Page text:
The recipe for a perfect logo design 3/6

24 August 2010 by Lisa Hughes  
Filed under News and views

method_girlPart 3 – Applying the method

To ensure a successful logo the design must be simple, memorable, timeless, versatile, and appropriate. Be mindful that an elaborate, overworked logo is probably not going to be a pretty sight. The most memorable logos are also the most simple. Here are some things to remember when you are considering a variety of concepts provided by your designer.

1.    Consider differing mediums
You will more than likely want to use your logo on a variety of marketing materials, whether it’s online or in print. Bearing this in mind, your logo will need to be reproduced in varying sizes and to span various mediums. When you are considering creative concepts, try scaling the designs at down to 10-20%. Viewing logos at their smallest is a good indication of whether or not your logo will work across many platforms, whether it be a favicon on your website or a small advert on newspaper print, to a sign on the side of your building or a poster on a hoarding’s board.
Whilst okay in larger formats, designs with too much embellishment: thin lines, small shapes and light and fanciful typography should be avoided as these qualities will be lost and may even disappear when used at a smaller scale. For some great visual comparisons view this useful article written by iStockphoto,  it’s worth bookmarking!

2.    Preparing a logo catalogue

Okay, so you’re already thinking about different mediums where your logos may be used, but sometimes you may come up against technical questions that you’re not quite sure how to answer. For instance, you’re booking a black and white advert space in a newspaper and the sales person is asking you to provide a 1-colour version of your logo for a mono newspaper advert. Your designer only provided you with an all-singing-all-dancing full colour logo that looks great on your website and business cards, but once the colour has been striped to gray-scale by the production team at the newspaper, will look more like someone’s lent on your advert while the ink was still wet  –  just one big, unrecognisable smudge! In cases like this you really need to have several versions of your logo that work in any environment.

  • 1 colour – usually black on white although potentially it could be blue on white or any colour of your choice.
  • Reversed-out – in some instances your logo may work better white on black or on another colour. The term ‘reversed’ just means white.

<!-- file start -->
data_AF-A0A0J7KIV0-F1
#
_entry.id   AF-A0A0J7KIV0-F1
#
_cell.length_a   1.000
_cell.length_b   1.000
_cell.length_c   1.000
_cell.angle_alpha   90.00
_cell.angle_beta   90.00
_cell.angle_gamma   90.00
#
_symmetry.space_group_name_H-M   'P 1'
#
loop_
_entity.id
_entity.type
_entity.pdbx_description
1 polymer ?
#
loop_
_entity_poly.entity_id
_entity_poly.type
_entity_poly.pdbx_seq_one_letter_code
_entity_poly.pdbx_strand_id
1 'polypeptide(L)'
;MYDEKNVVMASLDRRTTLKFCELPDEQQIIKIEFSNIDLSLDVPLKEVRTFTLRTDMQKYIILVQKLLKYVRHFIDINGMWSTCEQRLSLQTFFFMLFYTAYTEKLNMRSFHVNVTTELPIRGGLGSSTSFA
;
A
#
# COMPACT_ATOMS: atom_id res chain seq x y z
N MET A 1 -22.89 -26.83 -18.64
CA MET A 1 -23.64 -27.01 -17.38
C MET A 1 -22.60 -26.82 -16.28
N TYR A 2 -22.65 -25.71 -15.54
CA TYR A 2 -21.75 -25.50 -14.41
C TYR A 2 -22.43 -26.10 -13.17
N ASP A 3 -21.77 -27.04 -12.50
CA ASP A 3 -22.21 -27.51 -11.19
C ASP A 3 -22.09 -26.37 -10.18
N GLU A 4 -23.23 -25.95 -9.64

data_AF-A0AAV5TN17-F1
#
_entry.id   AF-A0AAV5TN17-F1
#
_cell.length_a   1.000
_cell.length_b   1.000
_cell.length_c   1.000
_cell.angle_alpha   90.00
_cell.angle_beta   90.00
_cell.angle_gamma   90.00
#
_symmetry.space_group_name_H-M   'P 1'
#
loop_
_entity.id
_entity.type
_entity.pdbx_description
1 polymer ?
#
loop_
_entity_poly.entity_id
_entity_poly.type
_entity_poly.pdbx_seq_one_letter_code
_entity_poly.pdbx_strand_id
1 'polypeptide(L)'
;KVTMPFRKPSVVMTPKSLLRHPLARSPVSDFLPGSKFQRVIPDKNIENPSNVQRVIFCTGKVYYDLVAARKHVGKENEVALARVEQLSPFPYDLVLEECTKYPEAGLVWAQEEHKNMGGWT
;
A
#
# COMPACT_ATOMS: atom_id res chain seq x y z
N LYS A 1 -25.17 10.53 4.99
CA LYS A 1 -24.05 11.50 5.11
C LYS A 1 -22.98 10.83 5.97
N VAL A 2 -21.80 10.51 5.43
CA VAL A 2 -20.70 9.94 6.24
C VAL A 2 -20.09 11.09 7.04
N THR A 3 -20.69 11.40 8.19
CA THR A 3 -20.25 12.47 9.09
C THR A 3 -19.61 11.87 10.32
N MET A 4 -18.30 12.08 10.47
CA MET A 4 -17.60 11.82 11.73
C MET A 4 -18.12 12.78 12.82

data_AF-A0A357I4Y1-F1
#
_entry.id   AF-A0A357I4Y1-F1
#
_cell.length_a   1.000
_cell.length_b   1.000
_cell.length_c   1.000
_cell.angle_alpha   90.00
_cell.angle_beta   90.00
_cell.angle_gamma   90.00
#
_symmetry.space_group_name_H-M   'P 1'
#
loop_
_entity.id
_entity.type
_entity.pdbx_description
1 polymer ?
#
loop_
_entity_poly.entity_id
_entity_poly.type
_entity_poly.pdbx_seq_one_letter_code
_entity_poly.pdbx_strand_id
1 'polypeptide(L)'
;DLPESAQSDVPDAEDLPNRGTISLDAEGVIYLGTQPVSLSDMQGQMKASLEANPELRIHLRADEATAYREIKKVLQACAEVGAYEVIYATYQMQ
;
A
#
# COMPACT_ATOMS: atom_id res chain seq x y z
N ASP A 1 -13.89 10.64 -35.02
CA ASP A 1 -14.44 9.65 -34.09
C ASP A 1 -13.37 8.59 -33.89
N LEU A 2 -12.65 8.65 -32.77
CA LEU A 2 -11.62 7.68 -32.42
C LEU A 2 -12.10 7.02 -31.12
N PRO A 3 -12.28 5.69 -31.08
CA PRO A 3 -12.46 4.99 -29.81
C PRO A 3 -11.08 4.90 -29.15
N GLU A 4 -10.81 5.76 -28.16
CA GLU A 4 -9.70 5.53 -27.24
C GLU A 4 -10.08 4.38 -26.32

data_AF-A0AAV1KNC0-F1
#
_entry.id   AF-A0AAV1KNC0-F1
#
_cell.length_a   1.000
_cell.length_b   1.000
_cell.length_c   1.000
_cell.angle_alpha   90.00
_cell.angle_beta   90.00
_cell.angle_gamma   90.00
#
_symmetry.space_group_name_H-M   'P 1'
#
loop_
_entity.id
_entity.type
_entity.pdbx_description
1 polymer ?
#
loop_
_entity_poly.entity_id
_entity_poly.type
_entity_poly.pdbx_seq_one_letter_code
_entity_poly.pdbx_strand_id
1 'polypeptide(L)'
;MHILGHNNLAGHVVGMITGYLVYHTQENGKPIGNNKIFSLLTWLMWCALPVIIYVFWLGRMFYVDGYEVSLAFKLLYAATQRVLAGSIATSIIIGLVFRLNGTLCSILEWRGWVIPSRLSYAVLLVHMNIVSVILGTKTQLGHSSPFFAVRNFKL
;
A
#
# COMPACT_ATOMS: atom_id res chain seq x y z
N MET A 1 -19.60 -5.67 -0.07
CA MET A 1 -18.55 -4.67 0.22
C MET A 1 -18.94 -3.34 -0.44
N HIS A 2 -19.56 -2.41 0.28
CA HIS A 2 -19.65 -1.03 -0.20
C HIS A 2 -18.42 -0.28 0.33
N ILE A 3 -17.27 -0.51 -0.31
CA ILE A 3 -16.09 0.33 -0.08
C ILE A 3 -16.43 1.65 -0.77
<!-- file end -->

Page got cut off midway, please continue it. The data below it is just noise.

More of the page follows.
• 2 colour – If your logo already looks like its uses just 2 colours, chances are they are made up out of a 4-colour process. This can cause some colours (greens and oranges) to look lack-lustre and may be better off printed as a 2 colour Pantone. Your designer should be able to produce a Pantone swatch book for you to choose an exact colour. As with the 1 colour version, these options may be requested for newspaper printing or screen printing onto a tee-shirt.
  • 4 colour (also referred to as ‘full colour’) In printed materials a full colour range is usually made-up by the following 4 colours: Cyan, Magenta, Yellow and Black (CMYK), however on screen, these colours are defined by Red, Green, Blue (RGB).

Full colour logos can also be very expensive or difficult to reproduce. To keep costs to a minimum keeping your design to a couple of colours, then use tints of those colours. Reducing your colour palette can also work to keep logos from looking too busy.

When considering your corporate colours, be mindful of obvious references. For instance, a financial advisor should avoid red as this colour can be associated with ‘being in the red’ or red ‘final-demand’ letters. Eco-friendly companies would want to adopt earthy tones as opposed to garish, loud colours that are not naturally found in such environments.

Different horses for different courses. You will need your final logo provided in a variety of formats. Here’s a rough guide to their general usage:

  • AI and EPS – Vector graphics that preserve the quality of lines and curves etc. when resized larger and smaller. Used for print.
  • JPEG, BMP and TIFF (.jpg or .jpeg) — pixel image formats widely used to display photographic images. Resizing is limited. Images are okay when used 100%, but will distort and pixelate if made larger. Used for print and web.
  • GIF and PNG – pixel image formats that have transparency qualities. Images are okay when used 100% or less, but will distort and pixelate if made larger. Used for web.